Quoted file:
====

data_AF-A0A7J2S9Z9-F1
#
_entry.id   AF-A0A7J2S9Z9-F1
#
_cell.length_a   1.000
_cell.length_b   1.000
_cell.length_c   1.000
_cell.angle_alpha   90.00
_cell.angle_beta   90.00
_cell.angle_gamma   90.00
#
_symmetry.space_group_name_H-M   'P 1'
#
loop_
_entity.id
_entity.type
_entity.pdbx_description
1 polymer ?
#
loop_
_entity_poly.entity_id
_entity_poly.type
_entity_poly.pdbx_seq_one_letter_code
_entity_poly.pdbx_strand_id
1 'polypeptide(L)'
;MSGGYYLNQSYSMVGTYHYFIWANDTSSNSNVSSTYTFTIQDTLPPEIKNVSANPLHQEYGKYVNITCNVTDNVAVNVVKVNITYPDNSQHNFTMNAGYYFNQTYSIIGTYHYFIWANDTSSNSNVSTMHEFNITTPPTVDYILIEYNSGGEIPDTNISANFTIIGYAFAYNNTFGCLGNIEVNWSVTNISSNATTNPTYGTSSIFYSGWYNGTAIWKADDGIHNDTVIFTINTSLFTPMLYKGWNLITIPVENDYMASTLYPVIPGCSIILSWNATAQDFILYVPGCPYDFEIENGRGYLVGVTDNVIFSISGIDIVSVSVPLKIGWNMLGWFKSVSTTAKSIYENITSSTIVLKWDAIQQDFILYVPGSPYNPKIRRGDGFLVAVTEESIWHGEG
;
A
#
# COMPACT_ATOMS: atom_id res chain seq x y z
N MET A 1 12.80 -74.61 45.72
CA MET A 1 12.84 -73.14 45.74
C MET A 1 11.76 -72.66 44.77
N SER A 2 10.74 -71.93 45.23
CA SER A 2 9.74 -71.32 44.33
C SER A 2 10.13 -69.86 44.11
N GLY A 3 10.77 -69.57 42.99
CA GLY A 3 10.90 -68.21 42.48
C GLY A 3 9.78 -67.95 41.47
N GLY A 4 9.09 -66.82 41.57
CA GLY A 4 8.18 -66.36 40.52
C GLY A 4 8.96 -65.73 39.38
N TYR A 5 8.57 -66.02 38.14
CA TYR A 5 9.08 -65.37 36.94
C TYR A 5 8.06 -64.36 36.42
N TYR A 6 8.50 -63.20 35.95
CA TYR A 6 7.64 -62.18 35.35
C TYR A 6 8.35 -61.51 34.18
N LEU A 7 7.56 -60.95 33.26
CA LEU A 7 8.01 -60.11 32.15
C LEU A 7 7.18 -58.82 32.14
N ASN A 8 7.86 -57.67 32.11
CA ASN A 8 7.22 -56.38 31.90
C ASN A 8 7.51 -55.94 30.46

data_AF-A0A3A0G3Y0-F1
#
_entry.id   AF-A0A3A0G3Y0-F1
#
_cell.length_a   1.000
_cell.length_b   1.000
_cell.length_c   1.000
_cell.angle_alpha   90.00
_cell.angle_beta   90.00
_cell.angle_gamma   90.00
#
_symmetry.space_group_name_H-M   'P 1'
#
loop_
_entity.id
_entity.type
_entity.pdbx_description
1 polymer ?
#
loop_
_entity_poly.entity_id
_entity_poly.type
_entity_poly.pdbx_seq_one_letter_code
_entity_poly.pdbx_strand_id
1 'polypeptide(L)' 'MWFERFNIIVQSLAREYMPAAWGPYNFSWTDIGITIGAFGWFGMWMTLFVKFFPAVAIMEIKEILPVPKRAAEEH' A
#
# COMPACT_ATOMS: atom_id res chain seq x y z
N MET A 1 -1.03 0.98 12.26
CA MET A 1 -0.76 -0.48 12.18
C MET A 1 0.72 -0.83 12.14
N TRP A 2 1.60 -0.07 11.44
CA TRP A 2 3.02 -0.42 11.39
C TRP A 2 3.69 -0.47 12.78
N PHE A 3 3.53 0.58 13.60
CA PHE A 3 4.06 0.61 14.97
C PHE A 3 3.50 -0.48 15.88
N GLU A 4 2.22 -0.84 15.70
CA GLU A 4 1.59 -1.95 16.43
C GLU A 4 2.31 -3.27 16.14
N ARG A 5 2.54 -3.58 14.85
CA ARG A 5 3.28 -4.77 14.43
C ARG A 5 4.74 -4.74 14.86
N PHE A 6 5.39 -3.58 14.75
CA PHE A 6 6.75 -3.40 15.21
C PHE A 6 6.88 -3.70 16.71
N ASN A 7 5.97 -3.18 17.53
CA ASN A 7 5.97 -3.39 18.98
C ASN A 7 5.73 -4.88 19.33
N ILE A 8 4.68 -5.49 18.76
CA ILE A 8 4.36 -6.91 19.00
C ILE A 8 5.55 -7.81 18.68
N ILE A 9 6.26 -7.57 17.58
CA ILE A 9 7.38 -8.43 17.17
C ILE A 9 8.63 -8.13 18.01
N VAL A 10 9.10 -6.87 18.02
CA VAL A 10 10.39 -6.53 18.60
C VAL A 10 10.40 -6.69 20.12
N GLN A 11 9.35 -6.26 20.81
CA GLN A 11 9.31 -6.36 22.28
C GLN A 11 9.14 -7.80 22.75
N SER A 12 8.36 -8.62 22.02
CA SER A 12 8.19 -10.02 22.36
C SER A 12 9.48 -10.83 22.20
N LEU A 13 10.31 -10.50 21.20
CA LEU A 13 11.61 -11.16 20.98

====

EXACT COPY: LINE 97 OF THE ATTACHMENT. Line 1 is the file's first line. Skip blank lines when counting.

N PHE A 6 5.39 -3.58 14.75